EagleTribune.com, North Andover, MA

March 29, 2013

Council approves spending $100,001 to pay settlement

Another case between Methuen, Chief Solomon still pending

By Bill Kirk

---- — METHUEN — The City Council last night unanimously voted to take $100,001 from the city’s free cash account to pay a federal court judgment in favor of Police Chief Joseph Solomon.

The vote came after a brief discussion between members of the council, Mayor Stephen Zanni, City Solicitor Peter McQuillan and City Auditor Thomas Kelly.

“I’m pleased with the outcome,” Zanni said after the meeting. “I’m hoping we can move forward and the city can move forward.”

Council President Sean Fountain agreed.

“We want to put this behind us,” he said. “It’s best for taxpayers and the city to move forward.”

Councilor Jennifer Kannan added, “I think it’s fair.”

Last night’s vote resolves one part of a puzzle of lawsuits between Solomon and the city stemming from the chief’s firing in 2008. The chief filed a federal suit in May 2011, accusing former Mayor William Manzi and the city of “unconstitutional and retaliatory actions” for “illegally” firing him.

The most recent step toward an agreement came on March 7 when the city submitted an “offer of judgment” to Solomon in which the city “allows judgment to be taken against them” in the amount of $100,001 plus legal costs. Solomon agreed to the proposal Monday.

During a brief discussion on how to pay for the judgment, Kelly noted that the council had three choices: Take the money from $800,000 in free cash, an account of surplus funds left over at the end of each fiscal year for one-time expenses; use money from the $1.1 million stabilization fund; or, take it from the tax rate.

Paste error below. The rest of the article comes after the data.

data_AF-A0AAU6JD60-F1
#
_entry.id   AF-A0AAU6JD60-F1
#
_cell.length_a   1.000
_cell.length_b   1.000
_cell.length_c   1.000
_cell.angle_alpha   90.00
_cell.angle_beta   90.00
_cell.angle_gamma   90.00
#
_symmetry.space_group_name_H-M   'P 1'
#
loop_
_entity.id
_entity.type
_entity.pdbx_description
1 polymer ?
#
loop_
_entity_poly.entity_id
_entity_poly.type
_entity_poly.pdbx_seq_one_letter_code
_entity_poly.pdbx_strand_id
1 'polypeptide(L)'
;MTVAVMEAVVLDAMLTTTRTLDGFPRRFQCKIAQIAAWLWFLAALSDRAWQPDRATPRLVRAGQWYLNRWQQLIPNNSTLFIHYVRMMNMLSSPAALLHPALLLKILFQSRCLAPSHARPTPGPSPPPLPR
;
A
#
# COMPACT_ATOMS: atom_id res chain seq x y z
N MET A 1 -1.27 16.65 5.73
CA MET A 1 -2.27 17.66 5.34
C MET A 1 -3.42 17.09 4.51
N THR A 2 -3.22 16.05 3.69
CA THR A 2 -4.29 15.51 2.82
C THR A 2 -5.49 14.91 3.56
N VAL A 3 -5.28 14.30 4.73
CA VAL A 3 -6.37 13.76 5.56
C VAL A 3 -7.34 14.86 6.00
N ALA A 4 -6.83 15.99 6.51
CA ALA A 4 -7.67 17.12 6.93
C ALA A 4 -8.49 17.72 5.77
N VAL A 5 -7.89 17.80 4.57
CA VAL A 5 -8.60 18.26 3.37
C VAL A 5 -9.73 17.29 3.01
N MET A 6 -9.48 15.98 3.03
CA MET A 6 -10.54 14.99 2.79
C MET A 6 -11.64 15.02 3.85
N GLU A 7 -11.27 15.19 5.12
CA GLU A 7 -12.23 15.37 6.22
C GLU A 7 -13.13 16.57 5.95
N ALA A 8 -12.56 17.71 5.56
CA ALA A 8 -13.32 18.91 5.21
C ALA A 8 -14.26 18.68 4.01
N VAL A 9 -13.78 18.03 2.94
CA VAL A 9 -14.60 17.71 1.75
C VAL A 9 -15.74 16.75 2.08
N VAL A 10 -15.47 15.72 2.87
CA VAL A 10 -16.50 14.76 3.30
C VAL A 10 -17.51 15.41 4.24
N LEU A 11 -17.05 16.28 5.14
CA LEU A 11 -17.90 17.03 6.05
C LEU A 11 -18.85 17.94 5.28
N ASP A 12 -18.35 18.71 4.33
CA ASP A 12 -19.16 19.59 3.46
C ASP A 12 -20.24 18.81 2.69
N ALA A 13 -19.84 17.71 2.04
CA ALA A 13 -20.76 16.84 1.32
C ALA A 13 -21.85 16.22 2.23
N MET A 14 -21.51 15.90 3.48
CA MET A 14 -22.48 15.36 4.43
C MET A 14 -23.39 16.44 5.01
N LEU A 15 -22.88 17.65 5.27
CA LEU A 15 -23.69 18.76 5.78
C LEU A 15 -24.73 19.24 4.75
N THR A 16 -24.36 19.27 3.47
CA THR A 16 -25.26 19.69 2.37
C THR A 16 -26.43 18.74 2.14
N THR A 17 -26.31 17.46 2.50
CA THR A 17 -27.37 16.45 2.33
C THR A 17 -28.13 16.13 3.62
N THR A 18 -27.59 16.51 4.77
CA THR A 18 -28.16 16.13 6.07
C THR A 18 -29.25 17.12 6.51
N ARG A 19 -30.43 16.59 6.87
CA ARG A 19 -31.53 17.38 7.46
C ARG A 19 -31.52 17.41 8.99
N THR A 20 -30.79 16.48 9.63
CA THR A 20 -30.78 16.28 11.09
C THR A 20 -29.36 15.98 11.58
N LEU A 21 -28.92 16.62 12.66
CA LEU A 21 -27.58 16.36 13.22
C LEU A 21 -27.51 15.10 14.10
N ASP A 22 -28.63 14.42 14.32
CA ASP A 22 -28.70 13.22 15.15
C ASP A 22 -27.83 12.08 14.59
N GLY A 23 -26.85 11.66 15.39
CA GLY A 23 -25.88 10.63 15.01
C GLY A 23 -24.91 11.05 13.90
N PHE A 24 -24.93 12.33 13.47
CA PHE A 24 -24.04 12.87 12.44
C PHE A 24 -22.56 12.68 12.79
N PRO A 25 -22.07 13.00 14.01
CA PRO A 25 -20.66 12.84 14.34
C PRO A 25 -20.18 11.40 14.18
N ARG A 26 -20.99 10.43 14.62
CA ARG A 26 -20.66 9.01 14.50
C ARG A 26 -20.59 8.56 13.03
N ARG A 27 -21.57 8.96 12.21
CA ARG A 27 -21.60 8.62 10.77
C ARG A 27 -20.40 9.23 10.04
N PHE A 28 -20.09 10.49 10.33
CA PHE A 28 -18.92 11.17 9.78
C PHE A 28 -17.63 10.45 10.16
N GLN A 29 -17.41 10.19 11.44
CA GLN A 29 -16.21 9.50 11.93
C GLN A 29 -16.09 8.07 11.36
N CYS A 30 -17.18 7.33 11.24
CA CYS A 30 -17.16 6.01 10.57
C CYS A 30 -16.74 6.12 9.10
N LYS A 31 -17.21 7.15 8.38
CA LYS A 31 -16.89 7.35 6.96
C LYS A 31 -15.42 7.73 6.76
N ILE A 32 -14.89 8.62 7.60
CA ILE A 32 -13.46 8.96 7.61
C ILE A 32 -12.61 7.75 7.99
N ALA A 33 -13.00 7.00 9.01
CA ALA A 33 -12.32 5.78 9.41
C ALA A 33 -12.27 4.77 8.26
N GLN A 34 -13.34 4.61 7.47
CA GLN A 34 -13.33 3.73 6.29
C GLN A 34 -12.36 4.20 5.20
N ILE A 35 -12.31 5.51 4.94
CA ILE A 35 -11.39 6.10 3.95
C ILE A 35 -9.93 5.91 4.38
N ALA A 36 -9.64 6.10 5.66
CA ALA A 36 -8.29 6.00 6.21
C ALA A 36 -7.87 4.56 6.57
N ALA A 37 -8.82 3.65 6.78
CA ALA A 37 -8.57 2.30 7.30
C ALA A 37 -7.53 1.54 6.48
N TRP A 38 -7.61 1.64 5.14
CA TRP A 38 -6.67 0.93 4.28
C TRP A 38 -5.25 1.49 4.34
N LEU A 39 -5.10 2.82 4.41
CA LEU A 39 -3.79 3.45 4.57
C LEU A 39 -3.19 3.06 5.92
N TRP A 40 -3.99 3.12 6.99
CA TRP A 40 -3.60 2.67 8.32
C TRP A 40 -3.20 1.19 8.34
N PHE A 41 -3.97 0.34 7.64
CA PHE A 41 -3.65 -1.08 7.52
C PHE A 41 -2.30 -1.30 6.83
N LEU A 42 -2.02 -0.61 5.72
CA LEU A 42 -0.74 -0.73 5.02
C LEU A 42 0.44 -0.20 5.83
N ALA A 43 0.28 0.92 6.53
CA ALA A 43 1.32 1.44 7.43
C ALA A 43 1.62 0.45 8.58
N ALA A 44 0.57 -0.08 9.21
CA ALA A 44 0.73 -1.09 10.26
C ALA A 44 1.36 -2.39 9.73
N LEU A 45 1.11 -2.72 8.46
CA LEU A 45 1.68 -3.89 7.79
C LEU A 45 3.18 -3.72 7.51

Councilors were not willing to take the money directly from taxes, and Kelly advised that the stabilization fund remain untouched so it could be used to help pay the debt on the high school project as well as any cost overruns the project might experience.

Fountain then asked what the timeframe was for a vote on the payment.

“The payment should be made next week,” McQuillan said. “Do it this evening.”

The council then voted unanimously to pay the $100,001 out of free cash.

Still outstanding, however, is the question of legal fees.

City Councilor Ron Marsan last night wanted to know how much those legal fees totaled.

McQuillan said he wasn’t sure. “I cannot tell you what the attorneys’ fees will be,” he said, but noted that the city only had about 8 billable hours on the case.

Based on that, he said, Solmon’s attorneys’ fees would probably be low. “I’d suggest the attorneys’ fees are going to be modest,” he said.

He added that the city will have the ability to appeal any charges that are unreasonable or unwarranted.

He estimated the city would know the actual legal fees in two to three weeks.

City Councilor Michael Condon was skeptical that last night’s vote would end the turmoil.

He said taxpayers think the legal matters between the city and Solomon are over, but “it’s really not. A portion has been settled. How many more portions do we have to go? Everybody thinks it’s over, but we know it’s not all settled.”

Zanni said that there is one more settlement to go out of the three he inherited when he became mayor.

Still pending between Solomon and the city is a civil case in which the chief was awarded back pay. The City Council had cut his $158,295 salary by $25,610 in 2007. A judge awarded him back pay, which was well into six-figures, but the city appealed the decision.

Zanni said he thought that case would be settled in the “next couple of weeks.”

The other case that has been settled was with the Civil Service Commission, which reduced Solmon’s firing to a one-year suspension. The city’s appeal of that decision was rejected by a judge in July.